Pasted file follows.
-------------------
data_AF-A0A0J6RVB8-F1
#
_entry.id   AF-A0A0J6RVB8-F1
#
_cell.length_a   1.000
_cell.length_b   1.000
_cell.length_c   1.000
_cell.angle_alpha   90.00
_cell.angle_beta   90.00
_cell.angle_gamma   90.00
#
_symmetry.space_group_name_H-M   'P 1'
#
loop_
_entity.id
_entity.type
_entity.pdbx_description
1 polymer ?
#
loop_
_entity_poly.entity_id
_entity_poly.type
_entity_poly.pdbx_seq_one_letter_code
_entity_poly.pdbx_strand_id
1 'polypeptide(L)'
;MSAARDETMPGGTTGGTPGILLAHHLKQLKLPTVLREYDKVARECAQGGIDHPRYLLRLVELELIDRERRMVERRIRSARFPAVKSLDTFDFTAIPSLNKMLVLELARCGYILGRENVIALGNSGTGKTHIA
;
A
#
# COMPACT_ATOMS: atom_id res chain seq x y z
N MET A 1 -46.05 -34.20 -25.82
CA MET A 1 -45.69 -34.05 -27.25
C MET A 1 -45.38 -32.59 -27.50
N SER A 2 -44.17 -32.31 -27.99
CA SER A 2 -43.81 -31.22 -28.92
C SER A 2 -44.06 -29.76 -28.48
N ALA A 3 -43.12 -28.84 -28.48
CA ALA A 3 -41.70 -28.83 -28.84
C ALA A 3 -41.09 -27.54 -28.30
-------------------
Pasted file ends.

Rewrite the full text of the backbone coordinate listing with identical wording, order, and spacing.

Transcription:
data_AF-A0A0J6RVB8-F1
#
_entry.id   AF-A0A0J6RVB8-F1
#
_cell.length_a   1.000
_cell.length_b   1.000
_cell.length_c   1.000
_cell.angle_alpha   90.00
_cell.angle_beta   90.00
_cell.angle_gamma   90.00
#
_symmetry.space_group_name_H-M   'P 1'
#
loop_
_entity.id
_entity.type
_entity.pdbx_description
1 polymer ?
#
loop_
_entity_poly.entity_id
_entity_poly.type
_entity_poly.pdbx_seq_one_letter_code
_entity_poly.pdbx_strand_id
1 'polypeptide(L)'
;MSAARDETMPGGTTGGTPGILLAHHLKQLKLPTVLREYDKVARECAQGGIDHPRYLLRLVELELIDRERRMVERRIRSARFPAVKSLDTFDFTAIPSLNKMLVLELARCGYILGRENVIALGNSGTGKTHIA
;
A
#
# COMPACT_ATOMS: atom_id res chain seq x y z
N MET A 1 -46.05 -34.20 -25.82
CA MET A 1 -45.69 -34.05 -27.25
C MET A 1 -45.38 -32.59 -27.50
N SER A 2 -44.17 -32.31 -27.99
CA SER A 2 -43.81 -31.22 -28.92
C SER A 2 -44.06 -29.76 -28.48
N ALA A 3 -43.12 -28.84 -28.48
CA ALA A 3 -41.70 -28.83 -28.84
C ALA A 3 -41.09 -27.54 -28.30